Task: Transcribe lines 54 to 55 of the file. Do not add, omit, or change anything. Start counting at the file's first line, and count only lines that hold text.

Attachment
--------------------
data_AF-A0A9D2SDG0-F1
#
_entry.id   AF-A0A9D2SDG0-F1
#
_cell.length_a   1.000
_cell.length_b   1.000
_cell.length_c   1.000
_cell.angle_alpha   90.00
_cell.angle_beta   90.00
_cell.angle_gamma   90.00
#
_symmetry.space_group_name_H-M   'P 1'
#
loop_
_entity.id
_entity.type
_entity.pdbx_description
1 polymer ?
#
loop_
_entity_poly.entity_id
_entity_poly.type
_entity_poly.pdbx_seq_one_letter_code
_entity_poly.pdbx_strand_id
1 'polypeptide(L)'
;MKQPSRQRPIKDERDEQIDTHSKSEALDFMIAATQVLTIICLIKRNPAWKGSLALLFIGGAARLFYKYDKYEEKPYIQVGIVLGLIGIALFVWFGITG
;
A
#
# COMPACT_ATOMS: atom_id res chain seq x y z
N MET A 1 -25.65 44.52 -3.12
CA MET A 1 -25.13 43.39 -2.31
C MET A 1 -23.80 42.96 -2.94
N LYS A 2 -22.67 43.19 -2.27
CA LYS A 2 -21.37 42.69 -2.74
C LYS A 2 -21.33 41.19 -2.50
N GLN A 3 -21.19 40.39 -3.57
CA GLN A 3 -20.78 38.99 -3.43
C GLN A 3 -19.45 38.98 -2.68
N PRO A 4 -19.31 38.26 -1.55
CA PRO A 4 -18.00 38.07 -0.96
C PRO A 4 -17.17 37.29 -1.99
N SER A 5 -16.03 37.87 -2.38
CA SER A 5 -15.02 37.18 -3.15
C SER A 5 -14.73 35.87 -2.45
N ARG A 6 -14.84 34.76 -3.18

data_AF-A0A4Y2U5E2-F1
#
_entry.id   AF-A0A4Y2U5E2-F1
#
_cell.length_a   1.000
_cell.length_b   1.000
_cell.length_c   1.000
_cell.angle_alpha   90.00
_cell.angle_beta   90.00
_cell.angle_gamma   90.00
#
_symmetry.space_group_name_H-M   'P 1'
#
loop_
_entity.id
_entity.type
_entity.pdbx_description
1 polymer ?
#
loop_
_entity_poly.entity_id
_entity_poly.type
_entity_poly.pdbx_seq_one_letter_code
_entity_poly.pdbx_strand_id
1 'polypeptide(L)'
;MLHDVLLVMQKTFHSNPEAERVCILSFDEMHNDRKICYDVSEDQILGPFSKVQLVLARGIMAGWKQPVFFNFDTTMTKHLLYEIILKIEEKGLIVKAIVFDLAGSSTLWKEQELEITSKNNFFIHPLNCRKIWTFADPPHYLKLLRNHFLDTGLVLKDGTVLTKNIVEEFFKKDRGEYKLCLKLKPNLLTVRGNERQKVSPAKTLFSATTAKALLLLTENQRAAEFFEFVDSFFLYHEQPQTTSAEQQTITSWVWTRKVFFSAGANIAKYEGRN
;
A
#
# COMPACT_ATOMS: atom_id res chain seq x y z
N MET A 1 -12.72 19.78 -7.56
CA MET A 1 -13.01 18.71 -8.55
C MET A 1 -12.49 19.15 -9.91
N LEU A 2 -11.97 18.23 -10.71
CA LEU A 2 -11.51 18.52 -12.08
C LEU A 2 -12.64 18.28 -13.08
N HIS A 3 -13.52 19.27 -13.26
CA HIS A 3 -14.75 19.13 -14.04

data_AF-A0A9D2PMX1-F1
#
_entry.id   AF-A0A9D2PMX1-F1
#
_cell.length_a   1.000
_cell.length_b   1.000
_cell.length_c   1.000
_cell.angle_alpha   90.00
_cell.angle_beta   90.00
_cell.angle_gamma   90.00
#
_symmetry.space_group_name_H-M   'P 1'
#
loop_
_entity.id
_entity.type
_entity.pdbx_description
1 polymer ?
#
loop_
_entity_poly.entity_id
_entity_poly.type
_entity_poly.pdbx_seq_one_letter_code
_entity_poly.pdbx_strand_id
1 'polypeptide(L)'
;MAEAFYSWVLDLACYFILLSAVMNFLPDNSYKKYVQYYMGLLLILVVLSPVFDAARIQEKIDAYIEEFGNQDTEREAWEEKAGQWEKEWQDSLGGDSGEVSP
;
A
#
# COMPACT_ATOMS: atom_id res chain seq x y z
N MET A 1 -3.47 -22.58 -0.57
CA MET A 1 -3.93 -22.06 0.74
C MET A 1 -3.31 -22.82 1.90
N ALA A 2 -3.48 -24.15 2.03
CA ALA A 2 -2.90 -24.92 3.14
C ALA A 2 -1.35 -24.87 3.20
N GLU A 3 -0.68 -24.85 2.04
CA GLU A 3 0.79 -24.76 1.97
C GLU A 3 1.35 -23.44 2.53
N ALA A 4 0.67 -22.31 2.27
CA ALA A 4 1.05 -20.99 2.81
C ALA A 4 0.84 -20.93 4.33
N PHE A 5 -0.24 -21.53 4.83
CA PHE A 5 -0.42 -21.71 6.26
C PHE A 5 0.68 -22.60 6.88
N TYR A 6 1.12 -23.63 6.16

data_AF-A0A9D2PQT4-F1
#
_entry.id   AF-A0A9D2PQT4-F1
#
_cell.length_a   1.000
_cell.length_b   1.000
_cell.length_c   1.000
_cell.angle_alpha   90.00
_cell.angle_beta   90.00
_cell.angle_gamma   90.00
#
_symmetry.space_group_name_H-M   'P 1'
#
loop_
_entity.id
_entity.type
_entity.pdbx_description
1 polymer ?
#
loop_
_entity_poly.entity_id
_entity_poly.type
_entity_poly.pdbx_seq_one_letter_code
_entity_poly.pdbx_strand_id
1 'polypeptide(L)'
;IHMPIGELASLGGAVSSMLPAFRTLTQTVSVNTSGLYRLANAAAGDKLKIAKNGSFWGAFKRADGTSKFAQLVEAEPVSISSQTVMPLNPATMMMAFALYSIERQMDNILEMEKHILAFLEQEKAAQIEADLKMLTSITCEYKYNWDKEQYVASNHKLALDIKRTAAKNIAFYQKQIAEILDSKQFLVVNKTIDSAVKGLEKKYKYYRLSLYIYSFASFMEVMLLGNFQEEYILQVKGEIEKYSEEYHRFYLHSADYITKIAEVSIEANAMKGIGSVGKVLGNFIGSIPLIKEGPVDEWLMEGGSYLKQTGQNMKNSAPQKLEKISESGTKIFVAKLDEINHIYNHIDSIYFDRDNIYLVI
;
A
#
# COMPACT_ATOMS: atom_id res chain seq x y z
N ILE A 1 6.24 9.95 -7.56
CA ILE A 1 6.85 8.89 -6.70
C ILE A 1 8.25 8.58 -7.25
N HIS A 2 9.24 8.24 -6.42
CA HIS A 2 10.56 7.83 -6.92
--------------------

_cell.angle_alpha   90.00
_cell.angle_beta   90.00